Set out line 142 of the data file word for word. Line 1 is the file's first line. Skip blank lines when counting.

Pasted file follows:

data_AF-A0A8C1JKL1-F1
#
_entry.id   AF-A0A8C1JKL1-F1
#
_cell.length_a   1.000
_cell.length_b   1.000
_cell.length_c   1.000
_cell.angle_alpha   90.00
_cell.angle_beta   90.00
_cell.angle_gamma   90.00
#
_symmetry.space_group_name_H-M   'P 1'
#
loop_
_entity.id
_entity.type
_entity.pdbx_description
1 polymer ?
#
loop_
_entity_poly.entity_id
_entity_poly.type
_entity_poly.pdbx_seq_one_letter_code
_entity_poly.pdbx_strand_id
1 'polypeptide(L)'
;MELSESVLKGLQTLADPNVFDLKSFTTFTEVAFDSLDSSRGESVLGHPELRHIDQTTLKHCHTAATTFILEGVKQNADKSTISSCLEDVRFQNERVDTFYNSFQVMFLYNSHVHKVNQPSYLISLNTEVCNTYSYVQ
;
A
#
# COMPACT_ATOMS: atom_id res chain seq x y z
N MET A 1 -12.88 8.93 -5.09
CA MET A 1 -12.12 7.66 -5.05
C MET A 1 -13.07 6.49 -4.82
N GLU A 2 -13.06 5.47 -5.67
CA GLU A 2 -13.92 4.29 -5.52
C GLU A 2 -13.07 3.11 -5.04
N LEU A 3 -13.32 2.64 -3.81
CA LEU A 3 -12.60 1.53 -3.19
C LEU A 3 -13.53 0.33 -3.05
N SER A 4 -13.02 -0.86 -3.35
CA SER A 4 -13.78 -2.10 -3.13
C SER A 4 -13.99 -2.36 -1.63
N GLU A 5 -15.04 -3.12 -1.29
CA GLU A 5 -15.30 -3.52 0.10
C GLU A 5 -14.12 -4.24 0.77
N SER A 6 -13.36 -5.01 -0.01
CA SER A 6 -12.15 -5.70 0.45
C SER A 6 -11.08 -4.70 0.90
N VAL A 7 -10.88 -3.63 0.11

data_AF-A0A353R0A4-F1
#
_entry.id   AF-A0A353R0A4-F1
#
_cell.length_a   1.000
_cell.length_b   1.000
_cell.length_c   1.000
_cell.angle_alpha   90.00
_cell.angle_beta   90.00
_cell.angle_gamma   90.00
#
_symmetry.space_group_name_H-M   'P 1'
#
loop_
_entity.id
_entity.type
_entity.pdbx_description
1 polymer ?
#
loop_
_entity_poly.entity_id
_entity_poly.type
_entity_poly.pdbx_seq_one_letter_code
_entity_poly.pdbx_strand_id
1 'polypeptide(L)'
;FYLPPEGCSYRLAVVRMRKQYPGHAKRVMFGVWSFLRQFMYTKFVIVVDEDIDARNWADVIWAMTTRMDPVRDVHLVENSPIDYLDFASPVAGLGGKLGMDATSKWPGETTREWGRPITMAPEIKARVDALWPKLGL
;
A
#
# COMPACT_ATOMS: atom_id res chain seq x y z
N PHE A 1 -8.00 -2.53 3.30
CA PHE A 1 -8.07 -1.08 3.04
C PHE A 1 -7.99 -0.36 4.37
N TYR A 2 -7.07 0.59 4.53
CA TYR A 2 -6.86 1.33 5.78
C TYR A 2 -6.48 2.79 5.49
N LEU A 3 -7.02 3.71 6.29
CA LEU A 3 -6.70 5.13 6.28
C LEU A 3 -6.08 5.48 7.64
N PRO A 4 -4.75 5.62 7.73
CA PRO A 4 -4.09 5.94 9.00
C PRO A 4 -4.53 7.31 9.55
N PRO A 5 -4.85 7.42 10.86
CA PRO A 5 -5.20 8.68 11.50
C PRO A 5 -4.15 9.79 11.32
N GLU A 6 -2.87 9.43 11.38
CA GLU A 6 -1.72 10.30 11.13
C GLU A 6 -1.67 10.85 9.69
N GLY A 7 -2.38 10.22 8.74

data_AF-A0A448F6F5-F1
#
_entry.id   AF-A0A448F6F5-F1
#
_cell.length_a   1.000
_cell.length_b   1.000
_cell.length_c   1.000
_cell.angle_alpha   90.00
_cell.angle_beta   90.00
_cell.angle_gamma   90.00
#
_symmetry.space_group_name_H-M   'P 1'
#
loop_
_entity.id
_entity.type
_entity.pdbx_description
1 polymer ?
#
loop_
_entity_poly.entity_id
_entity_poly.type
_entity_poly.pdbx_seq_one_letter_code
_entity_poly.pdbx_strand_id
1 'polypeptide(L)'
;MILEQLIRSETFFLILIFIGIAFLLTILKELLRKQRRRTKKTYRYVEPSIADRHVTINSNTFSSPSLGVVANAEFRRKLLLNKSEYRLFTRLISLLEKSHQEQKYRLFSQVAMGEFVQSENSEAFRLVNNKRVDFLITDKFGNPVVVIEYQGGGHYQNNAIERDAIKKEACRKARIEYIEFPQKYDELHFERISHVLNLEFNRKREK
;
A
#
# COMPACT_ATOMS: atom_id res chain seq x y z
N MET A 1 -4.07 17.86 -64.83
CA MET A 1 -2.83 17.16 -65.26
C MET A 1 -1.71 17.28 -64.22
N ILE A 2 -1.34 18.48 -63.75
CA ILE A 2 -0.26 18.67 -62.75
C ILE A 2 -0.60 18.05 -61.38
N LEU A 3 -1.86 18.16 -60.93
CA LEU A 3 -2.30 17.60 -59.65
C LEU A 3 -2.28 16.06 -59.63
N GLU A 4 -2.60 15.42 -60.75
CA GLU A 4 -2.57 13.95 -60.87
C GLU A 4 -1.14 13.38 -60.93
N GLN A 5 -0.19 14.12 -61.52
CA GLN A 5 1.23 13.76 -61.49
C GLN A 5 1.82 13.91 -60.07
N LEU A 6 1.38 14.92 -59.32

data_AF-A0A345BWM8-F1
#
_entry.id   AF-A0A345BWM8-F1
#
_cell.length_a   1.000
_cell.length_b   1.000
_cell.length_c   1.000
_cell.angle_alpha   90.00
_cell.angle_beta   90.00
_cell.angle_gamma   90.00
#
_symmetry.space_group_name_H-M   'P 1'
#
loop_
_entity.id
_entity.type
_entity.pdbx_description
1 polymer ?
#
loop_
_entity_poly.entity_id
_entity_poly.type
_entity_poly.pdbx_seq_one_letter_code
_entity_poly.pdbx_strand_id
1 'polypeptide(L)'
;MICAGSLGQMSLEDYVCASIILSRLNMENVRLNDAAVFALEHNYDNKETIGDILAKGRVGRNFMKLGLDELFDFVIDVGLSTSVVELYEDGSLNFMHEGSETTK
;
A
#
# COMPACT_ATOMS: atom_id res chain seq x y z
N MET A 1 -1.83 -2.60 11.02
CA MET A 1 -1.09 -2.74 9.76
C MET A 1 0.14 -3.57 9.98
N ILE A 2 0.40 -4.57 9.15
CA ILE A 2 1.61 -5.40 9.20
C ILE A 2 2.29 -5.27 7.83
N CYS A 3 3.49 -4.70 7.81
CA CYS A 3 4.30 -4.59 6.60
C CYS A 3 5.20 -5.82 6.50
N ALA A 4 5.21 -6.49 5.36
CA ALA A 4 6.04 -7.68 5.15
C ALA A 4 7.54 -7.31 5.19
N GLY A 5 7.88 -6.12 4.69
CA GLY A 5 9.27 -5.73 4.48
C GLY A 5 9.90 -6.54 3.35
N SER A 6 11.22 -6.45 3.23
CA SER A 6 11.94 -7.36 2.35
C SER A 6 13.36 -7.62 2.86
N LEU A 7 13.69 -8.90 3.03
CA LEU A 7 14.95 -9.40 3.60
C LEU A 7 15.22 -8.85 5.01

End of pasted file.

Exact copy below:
CA GLN A 5 1.23 13.76 -61.49